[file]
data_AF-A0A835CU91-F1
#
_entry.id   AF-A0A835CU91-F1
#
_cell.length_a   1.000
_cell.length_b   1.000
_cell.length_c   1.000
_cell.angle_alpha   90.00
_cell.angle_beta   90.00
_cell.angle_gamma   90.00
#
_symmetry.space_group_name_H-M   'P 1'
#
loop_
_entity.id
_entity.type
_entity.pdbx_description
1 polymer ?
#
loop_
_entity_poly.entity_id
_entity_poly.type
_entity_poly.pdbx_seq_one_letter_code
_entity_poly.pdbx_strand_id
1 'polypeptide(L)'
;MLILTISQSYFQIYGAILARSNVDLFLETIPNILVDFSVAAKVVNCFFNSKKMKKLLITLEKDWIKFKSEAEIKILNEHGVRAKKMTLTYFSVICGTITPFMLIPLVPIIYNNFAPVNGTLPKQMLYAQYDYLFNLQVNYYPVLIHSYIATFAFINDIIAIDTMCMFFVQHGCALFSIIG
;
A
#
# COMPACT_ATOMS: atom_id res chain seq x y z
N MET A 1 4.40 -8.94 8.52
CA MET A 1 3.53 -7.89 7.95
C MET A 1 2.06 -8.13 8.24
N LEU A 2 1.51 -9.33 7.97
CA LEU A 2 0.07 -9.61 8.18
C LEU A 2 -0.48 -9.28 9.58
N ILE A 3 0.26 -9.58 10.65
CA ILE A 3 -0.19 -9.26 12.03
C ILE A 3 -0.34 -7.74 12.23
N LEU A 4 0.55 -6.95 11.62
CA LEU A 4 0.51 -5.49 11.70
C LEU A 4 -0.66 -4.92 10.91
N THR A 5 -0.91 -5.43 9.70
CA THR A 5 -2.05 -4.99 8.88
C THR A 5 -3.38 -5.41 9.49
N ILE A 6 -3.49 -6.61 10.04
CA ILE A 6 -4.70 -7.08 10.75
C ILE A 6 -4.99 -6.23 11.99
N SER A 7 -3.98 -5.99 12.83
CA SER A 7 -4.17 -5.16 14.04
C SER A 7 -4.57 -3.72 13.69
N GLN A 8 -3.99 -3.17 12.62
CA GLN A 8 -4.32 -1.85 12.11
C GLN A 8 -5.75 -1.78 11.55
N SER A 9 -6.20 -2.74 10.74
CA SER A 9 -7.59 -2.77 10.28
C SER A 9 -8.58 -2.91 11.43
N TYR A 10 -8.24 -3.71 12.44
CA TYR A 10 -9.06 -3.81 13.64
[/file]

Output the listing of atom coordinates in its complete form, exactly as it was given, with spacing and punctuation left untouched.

data_AF-A0A835CU91-F1
#
_entry.id   AF-A0A835CU91-F1
#
_cell.length_a   1.000
_cell.length_b   1.000
_cell.length_c   1.000
_cell.angle_alpha   90.00
_cell.angle_beta   90.00
_cell.angle_gamma   90.00
#
_symmetry.space_group_name_H-M   'P 1'
#
loop_
_entity.id
_entity.type
_entity.pdbx_description
1 polymer ?
#
loop_
_entity_poly.entity_id
_entity_poly.type
_entity_poly.pdbx_seq_one_letter_code
_entity_poly.pdbx_strand_id
1 'polypeptide(L)'
;MLILTISQSYFQIYGAILARSNVDLFLETIPNILVDFSVAAKVVNCFFNSKKMKKLLITLEKDWIKFKSEAEIKILNEHGVRAKKMTLTYFSVICGTITPFMLIPLVPIIYNNFAPVNGTLPKQMLYAQYDYLFNLQVNYYPVLIHSYIATFAFINDIIAIDTMCMFFVQHGCALFSIIG
;
A
#
# COMPACT_ATOMS: atom_id res chain seq x y z
N MET A 1 4.40 -8.94 8.52
CA MET A 1 3.53 -7.89 7.95
C MET A 1 2.06 -8.13 8.24
N LEU A 2 1.51 -9.33 7.97
CA LEU A 2 0.07 -9.61 8.18
C LEU A 2 -0.48 -9.28 9.58
N ILE A 3 0.26 -9.58 10.65
CA ILE A 3 -0.19 -9.26 12.03
C ILE A 3 -0.34 -7.74 12.23
N LEU A 4 0.55 -6.95 11.62
CA LEU A 4 0.51 -5.49 11.70
C LEU A 4 -0.66 -4.92 10.91
N THR A 5 -0.91 -5.43 9.70
CA THR A 5 -2.05 -4.99 8.88
C THR A 5 -3.38 -5.41 9.49
N ILE A 6 -3.49 -6.61 10.04
CA ILE A 6 -4.70 -7.08 10.75
C ILE A 6 -4.99 -6.23 11.99
N SER A 7 -3.98 -5.99 12.83
CA SER A 7 -4.17 -5.16 14.04
C SER A 7 -4.57 -3.72 13.69
N GLN A 8 -3.99 -3.17 12.62
CA GLN A 8 -4.32 -1.85 12.11
C GLN A 8 -5.75 -1.78 11.55
N SER A 9 -6.20 -2.74 10.74
CA SER A 9 -7.59 -2.77 10.28
C SER A 9 -8.58 -2.91 11.43
N TYR A 10 -8.24 -3.71 12.44
CA TYR A 10 -9.06 -3.81 13.64